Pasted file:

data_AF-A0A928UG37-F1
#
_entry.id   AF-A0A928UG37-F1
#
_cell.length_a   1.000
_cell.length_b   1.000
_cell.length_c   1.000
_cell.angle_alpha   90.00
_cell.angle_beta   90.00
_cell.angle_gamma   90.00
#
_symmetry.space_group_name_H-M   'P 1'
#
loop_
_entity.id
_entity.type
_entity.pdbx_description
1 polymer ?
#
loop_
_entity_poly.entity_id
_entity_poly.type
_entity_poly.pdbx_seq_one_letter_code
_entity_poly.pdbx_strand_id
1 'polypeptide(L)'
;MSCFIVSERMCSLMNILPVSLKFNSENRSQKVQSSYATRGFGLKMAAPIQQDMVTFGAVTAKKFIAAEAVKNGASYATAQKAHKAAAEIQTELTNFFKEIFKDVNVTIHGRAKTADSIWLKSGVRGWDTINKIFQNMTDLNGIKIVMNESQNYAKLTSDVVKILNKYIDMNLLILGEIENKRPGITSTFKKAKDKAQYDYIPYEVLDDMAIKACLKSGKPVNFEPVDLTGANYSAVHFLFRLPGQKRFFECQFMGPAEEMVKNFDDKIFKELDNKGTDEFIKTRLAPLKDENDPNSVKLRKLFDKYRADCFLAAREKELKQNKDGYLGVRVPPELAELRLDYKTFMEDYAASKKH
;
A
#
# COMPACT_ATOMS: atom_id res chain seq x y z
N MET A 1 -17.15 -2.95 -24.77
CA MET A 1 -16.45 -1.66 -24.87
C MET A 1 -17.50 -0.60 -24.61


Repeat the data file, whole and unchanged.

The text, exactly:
data_AF-A0A928UG37-F1
#
_entry.id   AF-A0A928UG37-F1
#
_cell.length_a   1.000
_cell.length_b   1.000
_cell.length_c   1.000
_cell.angle_alpha   90.00
_cell.angle_beta   90.00
_cell.angle_gamma   90.00
#
_symmetry.space_group_name_H-M   'P 1'
#
loop_
_entity.id
_entity.type
_entity.pdbx_description
1 polymer ?
#
loop_
_entity_poly.entity_id
_entity_poly.type
_entity_poly.pdbx_seq_one_letter_code
_entity_poly.pdbx_strand_id
1 'polypeptide(L)'
;MSCFIVSERMCSLMNILPVSLKFNSENRSQKVQSSYATRGFGLKMAAPIQQDMVTFGAVTAKKFIAAEAVKNGASYATAQKAHKAAAEIQTELTNFFKEIFKDVNVTIHGRAKTADSIWLKSGVRGWDTINKIFQNMTDLNGIKIVMNESQNYAKLTSDVVKILNKYIDMNLLILGEIENKRPGITSTFKKAKDKAQYDYIPYEVLDDMAIKACLKSGKPVNFEPVDLTGANYSAVHFLFRLPGQKRFFECQFMGPAEEMVKNFDDKIFKELDNKGTDEFIKTRLAPLKDENDPNSVKLRKLFDKYRADCFLAAREKELKQNKDGYLGVRVPPELAELRLDYKTFMEDYAASKKH
;
A
#
# COMPACT_ATOMS: atom_id res chain seq x y z
N MET A 1 -17.15 -2.95 -24.77
CA MET A 1 -16.45 -1.66 -24.87
C MET A 1 -17.50 -0.60 -24.61